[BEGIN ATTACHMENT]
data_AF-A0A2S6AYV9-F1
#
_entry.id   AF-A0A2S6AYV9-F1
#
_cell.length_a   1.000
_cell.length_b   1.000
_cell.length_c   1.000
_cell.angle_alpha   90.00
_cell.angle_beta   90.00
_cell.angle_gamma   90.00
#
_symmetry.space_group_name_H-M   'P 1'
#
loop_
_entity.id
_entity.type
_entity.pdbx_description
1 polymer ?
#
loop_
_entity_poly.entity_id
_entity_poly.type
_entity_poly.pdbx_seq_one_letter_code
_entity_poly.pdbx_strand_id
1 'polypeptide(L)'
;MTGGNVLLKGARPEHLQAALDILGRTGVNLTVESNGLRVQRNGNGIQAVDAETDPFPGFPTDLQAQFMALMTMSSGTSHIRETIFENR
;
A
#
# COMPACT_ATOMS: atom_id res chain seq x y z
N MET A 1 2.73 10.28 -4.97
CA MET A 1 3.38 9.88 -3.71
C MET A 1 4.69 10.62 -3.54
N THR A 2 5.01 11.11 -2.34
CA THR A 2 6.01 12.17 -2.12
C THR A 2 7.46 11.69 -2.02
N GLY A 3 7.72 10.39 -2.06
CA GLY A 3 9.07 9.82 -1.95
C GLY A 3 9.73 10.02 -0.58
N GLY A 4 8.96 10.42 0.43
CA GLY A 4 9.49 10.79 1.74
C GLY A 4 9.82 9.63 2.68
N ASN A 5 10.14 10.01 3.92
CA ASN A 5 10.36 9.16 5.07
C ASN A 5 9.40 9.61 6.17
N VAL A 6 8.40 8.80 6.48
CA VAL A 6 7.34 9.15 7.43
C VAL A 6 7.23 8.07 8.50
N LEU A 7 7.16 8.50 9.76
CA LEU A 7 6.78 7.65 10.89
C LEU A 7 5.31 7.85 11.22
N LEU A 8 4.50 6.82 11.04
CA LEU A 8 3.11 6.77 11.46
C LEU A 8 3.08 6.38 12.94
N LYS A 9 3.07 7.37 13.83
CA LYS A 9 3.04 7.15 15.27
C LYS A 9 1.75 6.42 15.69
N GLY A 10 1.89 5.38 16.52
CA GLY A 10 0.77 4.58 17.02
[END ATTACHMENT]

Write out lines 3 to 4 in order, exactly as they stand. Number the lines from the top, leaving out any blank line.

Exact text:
_entry.id   AF-A0A2S6AYV9-F1
#